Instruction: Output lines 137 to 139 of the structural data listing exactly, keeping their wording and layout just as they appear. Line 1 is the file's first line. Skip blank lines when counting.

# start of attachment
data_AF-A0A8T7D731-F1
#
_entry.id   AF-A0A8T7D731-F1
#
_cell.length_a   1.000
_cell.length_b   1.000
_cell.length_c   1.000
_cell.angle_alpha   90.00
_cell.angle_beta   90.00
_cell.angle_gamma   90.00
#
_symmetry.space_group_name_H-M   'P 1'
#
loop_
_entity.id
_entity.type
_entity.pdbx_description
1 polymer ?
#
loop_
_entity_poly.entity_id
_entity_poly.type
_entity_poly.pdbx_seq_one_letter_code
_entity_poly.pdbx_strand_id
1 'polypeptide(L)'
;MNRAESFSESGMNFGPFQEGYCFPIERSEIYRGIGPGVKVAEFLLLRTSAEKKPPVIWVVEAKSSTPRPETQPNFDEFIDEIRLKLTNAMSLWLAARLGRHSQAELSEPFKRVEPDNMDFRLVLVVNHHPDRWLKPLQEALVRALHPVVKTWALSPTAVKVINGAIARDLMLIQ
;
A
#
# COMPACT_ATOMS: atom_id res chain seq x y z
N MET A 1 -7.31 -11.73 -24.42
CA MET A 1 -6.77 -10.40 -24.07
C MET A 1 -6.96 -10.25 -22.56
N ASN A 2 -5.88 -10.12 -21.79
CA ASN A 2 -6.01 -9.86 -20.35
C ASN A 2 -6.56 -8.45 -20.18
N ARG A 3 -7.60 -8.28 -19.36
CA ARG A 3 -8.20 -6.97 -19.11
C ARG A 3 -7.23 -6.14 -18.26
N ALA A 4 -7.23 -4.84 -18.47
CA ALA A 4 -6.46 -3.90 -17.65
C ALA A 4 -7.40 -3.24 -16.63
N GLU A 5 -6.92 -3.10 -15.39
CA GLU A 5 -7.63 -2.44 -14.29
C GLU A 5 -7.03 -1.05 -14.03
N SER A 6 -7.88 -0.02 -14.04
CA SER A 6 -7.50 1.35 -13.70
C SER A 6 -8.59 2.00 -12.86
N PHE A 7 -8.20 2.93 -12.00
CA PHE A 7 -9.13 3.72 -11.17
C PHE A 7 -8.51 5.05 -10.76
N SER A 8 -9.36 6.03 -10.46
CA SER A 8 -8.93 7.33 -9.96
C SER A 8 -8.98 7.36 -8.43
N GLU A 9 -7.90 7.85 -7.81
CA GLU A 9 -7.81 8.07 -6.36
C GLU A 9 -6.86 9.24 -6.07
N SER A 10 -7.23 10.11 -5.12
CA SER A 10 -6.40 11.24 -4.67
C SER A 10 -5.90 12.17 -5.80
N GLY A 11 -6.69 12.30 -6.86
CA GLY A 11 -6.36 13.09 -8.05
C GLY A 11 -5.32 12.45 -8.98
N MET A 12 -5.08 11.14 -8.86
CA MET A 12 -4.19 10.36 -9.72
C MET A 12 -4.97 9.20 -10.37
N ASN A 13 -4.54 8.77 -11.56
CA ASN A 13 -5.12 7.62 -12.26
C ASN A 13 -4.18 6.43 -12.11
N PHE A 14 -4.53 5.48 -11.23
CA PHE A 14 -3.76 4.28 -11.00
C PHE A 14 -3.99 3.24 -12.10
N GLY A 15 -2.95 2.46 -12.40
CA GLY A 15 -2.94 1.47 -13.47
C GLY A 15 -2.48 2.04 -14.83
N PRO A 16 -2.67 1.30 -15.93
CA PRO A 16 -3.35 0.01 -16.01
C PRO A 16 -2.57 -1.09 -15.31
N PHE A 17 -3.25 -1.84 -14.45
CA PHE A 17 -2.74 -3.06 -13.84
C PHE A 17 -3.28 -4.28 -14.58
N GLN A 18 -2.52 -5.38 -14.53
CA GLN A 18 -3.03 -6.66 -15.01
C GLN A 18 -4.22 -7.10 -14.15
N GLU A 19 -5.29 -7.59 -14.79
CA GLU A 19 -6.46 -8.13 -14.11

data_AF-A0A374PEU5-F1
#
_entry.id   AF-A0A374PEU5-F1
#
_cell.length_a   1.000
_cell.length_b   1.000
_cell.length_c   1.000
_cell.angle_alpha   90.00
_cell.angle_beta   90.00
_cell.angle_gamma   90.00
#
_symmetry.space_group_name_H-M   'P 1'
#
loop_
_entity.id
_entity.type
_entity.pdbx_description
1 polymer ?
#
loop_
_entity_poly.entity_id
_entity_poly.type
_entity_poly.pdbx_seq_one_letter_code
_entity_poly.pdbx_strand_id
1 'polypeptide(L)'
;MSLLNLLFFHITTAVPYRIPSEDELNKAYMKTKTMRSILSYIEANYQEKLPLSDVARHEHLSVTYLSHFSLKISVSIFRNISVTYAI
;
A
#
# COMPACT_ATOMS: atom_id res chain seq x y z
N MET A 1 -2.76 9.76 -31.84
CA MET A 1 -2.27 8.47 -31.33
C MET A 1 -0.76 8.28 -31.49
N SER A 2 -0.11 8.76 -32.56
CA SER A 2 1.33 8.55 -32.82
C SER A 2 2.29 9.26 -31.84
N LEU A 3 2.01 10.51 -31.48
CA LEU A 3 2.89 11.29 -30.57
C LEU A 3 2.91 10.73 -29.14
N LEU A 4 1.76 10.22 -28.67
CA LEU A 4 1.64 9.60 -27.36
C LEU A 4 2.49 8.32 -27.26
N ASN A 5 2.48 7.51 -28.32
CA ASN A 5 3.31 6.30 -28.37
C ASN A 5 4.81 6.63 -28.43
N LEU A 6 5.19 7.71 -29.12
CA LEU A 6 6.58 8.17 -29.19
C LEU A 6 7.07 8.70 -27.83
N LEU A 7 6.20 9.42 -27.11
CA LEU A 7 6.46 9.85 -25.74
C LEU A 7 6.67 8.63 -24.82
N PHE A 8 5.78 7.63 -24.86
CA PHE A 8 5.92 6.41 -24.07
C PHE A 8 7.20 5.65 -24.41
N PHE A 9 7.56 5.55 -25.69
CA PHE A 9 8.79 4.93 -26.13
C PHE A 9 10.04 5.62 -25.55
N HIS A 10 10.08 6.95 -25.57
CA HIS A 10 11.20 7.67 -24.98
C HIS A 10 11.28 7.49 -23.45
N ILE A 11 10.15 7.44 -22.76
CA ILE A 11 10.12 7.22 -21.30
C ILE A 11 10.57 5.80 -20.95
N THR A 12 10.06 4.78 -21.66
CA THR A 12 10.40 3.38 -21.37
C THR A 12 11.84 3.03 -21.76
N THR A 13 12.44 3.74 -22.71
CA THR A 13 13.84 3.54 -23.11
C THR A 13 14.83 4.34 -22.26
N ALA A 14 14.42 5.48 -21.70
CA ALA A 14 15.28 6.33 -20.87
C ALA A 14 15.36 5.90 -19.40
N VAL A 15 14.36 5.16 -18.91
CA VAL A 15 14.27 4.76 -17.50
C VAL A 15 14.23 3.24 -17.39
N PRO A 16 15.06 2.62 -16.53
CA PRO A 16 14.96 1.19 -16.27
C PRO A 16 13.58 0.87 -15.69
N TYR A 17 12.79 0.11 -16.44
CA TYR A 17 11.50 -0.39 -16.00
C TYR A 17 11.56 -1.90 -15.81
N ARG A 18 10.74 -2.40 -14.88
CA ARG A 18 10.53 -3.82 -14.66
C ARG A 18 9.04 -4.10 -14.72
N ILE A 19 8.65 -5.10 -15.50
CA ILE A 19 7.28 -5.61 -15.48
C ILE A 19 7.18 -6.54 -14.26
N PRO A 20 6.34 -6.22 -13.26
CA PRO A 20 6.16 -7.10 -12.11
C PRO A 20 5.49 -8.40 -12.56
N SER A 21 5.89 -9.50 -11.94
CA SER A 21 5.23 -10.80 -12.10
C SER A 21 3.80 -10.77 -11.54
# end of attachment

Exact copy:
C LEU A 7 6.67 8.63 -24.82
N PHE A 8 5.78 7.63 -24.86
CA PHE A 8 5.92 6.41 -24.07